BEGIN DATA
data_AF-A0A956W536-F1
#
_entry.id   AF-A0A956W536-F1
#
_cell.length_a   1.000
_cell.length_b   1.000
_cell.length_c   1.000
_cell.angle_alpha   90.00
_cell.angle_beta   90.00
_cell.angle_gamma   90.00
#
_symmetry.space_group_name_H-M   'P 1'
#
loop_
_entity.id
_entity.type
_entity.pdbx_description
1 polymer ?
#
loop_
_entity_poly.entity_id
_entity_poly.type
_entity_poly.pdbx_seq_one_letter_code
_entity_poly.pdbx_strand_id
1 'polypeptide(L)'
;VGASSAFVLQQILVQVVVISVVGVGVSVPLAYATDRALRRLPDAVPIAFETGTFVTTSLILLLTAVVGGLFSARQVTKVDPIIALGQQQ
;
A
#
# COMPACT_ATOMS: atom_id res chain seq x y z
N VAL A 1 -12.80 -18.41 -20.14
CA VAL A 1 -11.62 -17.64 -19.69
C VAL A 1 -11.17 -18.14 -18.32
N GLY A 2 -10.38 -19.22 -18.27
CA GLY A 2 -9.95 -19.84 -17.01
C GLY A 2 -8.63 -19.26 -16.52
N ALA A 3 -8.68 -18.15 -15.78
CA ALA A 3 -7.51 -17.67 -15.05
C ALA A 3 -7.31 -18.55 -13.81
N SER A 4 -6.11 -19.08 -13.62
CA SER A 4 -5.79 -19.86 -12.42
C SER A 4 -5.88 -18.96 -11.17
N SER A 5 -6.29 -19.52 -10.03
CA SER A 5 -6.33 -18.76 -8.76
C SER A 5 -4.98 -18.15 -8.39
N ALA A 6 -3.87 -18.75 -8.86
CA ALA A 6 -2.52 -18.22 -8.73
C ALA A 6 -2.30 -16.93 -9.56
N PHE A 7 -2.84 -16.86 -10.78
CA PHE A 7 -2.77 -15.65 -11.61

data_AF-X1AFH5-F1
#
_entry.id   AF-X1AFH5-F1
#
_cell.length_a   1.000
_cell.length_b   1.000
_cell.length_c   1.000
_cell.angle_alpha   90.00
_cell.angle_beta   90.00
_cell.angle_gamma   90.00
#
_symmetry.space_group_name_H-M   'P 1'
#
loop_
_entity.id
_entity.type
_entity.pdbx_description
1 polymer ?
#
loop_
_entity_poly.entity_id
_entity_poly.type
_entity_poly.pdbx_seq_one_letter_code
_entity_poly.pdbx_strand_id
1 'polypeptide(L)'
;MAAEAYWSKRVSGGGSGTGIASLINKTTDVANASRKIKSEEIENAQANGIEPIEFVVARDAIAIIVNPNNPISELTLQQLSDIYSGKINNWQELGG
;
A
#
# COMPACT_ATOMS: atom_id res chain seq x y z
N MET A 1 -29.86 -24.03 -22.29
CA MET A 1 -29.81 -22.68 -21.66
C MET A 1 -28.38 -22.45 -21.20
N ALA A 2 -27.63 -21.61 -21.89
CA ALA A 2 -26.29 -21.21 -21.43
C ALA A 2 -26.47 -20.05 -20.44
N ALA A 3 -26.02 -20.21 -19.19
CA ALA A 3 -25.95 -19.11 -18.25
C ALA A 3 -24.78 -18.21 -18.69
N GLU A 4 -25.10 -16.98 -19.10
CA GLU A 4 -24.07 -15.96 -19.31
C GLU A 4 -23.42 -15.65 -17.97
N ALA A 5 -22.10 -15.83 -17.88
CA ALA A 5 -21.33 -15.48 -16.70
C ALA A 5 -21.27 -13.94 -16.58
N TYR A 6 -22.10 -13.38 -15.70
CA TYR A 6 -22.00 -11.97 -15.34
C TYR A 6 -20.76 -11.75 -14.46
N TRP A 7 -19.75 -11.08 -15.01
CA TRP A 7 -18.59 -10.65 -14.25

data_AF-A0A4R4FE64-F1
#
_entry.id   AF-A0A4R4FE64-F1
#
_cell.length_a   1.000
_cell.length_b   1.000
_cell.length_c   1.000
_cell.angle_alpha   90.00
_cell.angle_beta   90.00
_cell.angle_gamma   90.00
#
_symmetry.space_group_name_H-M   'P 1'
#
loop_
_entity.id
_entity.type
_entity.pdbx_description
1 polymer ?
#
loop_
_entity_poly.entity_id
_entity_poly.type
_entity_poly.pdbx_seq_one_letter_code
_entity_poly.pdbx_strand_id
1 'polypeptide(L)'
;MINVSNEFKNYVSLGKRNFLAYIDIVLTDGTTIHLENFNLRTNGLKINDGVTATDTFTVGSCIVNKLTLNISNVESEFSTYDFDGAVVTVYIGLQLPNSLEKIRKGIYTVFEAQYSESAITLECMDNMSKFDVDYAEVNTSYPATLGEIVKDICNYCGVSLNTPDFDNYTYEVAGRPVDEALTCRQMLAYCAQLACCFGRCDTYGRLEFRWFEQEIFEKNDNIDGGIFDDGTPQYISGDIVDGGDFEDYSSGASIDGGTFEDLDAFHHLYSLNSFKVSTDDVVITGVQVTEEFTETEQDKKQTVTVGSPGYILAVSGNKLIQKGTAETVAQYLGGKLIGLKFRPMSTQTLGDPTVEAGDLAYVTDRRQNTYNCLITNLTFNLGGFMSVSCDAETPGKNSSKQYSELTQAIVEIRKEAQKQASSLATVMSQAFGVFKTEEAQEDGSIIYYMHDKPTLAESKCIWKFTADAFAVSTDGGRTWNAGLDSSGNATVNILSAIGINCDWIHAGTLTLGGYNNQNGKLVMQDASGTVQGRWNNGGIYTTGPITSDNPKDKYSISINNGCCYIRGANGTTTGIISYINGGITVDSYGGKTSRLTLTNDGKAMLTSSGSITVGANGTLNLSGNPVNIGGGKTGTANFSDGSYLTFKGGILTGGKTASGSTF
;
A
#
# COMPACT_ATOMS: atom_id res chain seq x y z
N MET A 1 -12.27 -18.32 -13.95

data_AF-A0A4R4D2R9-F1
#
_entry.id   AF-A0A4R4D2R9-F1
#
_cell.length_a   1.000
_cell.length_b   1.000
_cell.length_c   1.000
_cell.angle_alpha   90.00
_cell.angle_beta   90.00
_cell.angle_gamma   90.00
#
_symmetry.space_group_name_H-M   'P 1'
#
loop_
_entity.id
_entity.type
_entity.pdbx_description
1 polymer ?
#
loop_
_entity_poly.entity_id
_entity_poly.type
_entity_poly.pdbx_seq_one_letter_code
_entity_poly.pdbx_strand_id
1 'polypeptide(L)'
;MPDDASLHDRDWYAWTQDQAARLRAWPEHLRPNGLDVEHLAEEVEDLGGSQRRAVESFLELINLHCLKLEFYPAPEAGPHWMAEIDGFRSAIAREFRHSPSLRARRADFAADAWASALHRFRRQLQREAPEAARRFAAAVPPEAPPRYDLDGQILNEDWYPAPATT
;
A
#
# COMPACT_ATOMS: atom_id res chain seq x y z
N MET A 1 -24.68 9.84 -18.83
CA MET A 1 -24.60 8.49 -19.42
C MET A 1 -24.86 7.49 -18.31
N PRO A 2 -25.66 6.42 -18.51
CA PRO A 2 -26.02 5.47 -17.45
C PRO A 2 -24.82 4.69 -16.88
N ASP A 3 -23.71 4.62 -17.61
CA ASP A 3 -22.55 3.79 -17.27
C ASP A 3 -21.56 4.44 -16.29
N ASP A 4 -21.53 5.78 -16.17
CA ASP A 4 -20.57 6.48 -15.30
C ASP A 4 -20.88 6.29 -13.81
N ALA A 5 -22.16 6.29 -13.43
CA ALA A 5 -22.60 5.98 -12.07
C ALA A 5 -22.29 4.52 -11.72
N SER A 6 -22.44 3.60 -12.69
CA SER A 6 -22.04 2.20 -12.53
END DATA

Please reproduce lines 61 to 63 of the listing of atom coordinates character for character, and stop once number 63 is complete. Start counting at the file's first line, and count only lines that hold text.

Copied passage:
#
_symmetry.space_group_name_H-M   'P 1'
#